You are now among the first people to see the brain’s lymphatic system. The vessels in the photo above transport fluid that is likely crucial to metabolic and inflammatory processes. Until now, no one knew for sure that they existed.
Doctors practicing today have been taught that there are no lymphatic vessels inside the skull. Those deep-purple vessels were seen for the first time in images published this week by researchers at the U.S. National Institute of Neurological Disorders and Stroke.
In the rest of the body, the lymphatic system collects and drains the fluid that bathes our cells, in the process exporting their waste. It also serves as a conduit for immune cells, which go out into the body looking for adversaries and learning how to distinguish self from other, and then travel back to lymph nodes and organs through lymphatic vessels.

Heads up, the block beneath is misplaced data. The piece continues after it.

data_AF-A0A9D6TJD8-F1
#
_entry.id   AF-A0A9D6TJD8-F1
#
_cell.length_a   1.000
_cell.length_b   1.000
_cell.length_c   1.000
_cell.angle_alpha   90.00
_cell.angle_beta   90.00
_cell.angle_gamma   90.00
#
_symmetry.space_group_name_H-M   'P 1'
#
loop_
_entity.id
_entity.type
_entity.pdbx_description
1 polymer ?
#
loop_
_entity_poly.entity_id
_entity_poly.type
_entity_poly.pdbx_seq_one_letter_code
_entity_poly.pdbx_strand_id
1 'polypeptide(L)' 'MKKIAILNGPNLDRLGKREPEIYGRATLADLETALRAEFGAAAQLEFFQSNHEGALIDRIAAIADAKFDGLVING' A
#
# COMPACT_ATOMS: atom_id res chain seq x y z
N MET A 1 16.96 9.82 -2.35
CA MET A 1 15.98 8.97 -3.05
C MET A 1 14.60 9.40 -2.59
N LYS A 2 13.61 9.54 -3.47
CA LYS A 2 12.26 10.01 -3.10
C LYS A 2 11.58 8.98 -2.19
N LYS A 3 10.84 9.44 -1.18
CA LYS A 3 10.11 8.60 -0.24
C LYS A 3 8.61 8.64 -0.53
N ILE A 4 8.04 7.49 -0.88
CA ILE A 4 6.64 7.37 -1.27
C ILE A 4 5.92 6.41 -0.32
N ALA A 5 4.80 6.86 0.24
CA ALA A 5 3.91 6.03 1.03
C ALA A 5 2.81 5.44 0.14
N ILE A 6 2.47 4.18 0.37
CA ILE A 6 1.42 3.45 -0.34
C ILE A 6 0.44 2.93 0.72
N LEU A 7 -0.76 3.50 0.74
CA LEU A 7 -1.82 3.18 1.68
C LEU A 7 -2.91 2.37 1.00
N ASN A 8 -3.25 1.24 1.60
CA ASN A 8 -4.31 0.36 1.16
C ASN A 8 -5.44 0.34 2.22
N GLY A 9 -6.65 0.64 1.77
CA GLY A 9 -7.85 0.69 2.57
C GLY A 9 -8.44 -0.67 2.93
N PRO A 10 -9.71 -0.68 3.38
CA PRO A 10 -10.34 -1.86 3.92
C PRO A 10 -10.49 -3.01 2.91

So how was it even conceivable that this process wasn’t happening in our brains?
Senior investigator Daniel Reich trained as both a neurologist and radiologist, and his expertise is in inflammatory brain disease. The connection between the immune system and the brain is at the core of what he says he spends most of his time thinking about: multiple sclerosis. The immune system appears to modulate or even underlie many neurologic diseases, and the cells of the central nervous system produce waste that needs to be washed away just like other metabolically active cells. This discovery should make it possible to study how the brain does that, how it circulates white blood cells, and how these processes may go awry in diseases or play a role in aging.